Defence of dissertation in the field of applied physics, M.Sc. Markus Nyman
Nanotechnology is an important element in modern optics and photonics, because it allows us to control light effectively and in new ways. Materials made of nanostructures can be created to suit particular applications, and they can have extraordinary optical properties. For example, one can design a nanomaterial with a negative or zero refractive index. This dissertation focuses on the study and design of optical nanomaterials for the purpose of controlling the emission and propagation of light. The main aim of the research is to devise better ways to design light sources and other optical components that utilize nanomaterials. Light-matter interaction can be complex in these systems, requiring the development of new methods to study it.
The thesis presents an approach for theoretical and computational modelling of optical emission in nanomaterials, based on so-called wave parameters. Materials of special interest in this work have optical properties that depend on the way light is passing through the material. The theoretical and experimental research reveals interesting phenomena that have potential applications in optics-based sensors and efficient light sources. The thesis also develops a new kind of nanomaterial-based wave plate, an optical component that is used to modify the polarization of light. The wave plate is based on the strong birefringence of a metal-polymer nanostructure. The structure is very thin, making it possible to integrate it into small optical devices.
Finally, the dissertation examines all-optical modulation. Modulation is the act of making a signal carry information. To make optical data processing as fast as possible, it is desirable to exchange information between optical signals without involving intermediate electronics. Such all-optical modulation requires nonlinear optical interaction between the signals. The thesis presents a method of all-optical modulation that has the elusive combination of strong nonlinearity and high modulation speeds. A method for detecting very fast optical signals using the same system is also presented, and both methods are verified experimentally at sub-picosecond time scales. This work offers alternatives to more traditional methods of modulation and detection, and the results may prove useful in optical communications and data processing, as well as in the study of ultrafast physical phenomena.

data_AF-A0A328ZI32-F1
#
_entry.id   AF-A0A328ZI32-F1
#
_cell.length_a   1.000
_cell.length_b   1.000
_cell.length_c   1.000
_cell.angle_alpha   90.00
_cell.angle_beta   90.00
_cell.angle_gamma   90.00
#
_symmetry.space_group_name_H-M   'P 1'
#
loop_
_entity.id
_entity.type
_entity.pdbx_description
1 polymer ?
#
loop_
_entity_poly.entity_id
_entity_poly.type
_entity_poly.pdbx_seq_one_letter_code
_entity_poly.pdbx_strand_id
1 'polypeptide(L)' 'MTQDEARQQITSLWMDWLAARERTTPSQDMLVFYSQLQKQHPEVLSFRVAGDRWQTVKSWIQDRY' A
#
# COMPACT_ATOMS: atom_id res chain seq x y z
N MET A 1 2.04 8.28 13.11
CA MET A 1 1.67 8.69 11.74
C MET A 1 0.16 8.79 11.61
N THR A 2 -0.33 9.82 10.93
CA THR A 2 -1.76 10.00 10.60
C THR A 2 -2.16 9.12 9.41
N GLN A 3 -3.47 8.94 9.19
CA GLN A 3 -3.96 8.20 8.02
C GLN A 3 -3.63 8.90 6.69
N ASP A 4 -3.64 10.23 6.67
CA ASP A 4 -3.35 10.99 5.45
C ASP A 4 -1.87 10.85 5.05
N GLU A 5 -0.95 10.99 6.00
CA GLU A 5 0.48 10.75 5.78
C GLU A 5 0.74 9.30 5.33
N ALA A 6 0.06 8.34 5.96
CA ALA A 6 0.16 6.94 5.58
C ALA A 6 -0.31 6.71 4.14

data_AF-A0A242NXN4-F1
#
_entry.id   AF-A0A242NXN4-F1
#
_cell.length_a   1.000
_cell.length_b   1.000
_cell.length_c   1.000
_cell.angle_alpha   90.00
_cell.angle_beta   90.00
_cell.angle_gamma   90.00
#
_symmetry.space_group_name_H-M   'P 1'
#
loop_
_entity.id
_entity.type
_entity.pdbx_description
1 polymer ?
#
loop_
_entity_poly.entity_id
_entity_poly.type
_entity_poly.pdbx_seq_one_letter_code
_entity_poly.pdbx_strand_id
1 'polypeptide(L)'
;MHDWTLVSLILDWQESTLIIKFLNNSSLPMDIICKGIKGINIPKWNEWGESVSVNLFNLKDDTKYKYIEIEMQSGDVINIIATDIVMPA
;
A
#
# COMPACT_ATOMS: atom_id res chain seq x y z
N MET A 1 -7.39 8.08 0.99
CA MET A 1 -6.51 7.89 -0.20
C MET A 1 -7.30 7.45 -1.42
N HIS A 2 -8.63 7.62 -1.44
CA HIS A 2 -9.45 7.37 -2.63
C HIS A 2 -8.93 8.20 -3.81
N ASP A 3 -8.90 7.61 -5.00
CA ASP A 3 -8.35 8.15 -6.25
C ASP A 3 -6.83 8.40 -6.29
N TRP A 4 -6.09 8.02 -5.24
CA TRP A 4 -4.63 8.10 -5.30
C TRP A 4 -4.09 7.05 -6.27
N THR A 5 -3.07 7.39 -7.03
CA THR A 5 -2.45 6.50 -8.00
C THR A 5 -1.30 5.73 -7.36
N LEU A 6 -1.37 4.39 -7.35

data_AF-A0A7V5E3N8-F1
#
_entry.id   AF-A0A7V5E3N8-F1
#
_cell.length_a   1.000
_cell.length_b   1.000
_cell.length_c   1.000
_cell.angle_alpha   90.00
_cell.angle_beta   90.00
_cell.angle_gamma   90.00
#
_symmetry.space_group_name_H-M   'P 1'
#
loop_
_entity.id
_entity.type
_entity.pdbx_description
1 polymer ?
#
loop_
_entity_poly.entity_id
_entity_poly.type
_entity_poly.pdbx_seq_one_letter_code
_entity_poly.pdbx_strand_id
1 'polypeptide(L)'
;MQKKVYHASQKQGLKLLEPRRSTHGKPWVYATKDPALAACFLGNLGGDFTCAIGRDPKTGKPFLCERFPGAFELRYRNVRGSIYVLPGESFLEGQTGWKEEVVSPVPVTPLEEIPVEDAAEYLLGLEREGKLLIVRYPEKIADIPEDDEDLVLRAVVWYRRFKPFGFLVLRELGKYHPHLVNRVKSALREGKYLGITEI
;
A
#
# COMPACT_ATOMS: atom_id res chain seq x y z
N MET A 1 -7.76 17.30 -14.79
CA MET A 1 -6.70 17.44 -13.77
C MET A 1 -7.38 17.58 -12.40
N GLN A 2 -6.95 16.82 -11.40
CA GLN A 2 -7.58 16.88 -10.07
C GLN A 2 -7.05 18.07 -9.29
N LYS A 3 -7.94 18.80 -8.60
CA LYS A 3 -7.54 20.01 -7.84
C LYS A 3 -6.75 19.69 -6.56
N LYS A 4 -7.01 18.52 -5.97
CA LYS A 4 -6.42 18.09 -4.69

Opponent is Professor Alexandre Dmitriev, University of Gothenburg, Sweden
Custos is Professor Matti Kaivola, Aalto University School of Science, Department of Applied Physics
Contact details of the doctoral candidate: Markus Nyman, [email protected]
The public defence will be organised via Zoom. Link to the event
The dissertation is publicly displayed 10 days before the defence in the publication archive Aaltodoc of Aalto University